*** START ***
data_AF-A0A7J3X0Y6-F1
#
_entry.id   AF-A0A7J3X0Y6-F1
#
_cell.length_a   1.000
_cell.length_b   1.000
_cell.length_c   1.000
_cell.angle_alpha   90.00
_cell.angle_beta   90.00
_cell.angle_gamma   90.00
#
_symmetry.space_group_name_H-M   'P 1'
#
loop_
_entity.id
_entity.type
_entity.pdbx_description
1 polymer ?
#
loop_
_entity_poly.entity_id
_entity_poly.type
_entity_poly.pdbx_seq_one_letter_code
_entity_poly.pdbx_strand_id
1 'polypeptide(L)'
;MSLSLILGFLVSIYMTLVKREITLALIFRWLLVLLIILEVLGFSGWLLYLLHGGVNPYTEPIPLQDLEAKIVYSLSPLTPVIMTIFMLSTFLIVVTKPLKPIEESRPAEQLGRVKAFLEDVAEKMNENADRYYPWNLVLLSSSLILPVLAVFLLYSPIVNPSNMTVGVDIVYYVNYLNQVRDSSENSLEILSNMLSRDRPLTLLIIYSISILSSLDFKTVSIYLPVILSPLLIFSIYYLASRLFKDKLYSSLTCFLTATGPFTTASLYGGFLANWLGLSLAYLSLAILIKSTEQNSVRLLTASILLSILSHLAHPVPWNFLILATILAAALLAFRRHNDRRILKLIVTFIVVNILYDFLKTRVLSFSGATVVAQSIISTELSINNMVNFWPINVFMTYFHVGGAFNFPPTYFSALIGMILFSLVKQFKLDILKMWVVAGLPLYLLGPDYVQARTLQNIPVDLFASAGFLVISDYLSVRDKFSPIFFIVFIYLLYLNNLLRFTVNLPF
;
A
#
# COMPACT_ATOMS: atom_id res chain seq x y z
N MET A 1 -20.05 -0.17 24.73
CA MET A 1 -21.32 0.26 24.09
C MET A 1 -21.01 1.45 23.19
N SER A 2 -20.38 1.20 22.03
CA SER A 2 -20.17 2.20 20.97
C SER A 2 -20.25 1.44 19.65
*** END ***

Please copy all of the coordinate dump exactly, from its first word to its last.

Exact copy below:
data_AF-A0A7J3X0Y6-F1
#
_entry.id   AF-A0A7J3X0Y6-F1
#
_cell.length_a   1.000
_cell.length_b   1.000
_cell.length_c   1.000
_cell.angle_alpha   90.00
_cell.angle_beta   90.00
_cell.angle_gamma   90.00
#
_symmetry.space_group_name_H-M   'P 1'
#
loop_
_entity.id
_entity.type
_entity.pdbx_description
1 polymer ?
#
loop_
_entity_poly.entity_id
_entity_poly.type
_entity_poly.pdbx_seq_one_letter_code
_entity_poly.pdbx_strand_id
1 'polypeptide(L)'
;MSLSLILGFLVSIYMTLVKREITLALIFRWLLVLLIILEVLGFSGWLLYLLHGGVNPYTEPIPLQDLEAKIVYSLSPLTPVIMTIFMLSTFLIVVTKPLKPIEESRPAEQLGRVKAFLEDVAEKMNENADRYYPWNLVLLSSSLILPVLAVFLLYSPIVNPSNMTVGVDIVYYVNYLNQVRDSSENSLEILSNMLSRDRPLTLLIIYSISILSSLDFKTVSIYLPVILSPLLIFSIYYLASRLFKDKLYSSLTCFLTATGPFTTASLYGGFLANWLGLSLAYLSLAILIKSTEQNSVRLLTASILLSILSHLAHPVPWNFLILATILAAALLAFRRHNDRRILKLIVTFIVVNILYDFLKTRVLSFSGATVVAQSIISTELSINNMVNFWPINVFMTYFHVGGAFNFPPTYFSALIGMILFSLVKQFKLDILKMWVVAGLPLYLLGPDYVQARTLQNIPVDLFASAGFLVISDYLSVRDKFSPIFFIVFIYLLYLNNLLRFTVNLPF
;
A
#
# COMPACT_ATOMS: atom_id res chain seq x y z
N MET A 1 -20.05 -0.17 24.73
CA MET A 1 -21.32 0.26 24.09
C MET A 1 -21.01 1.45 23.19
N SER A 2 -20.38 1.20 22.03
CA SER A 2 -20.17 2.20 20.97
C SER A 2 -20.25 1.44 19.65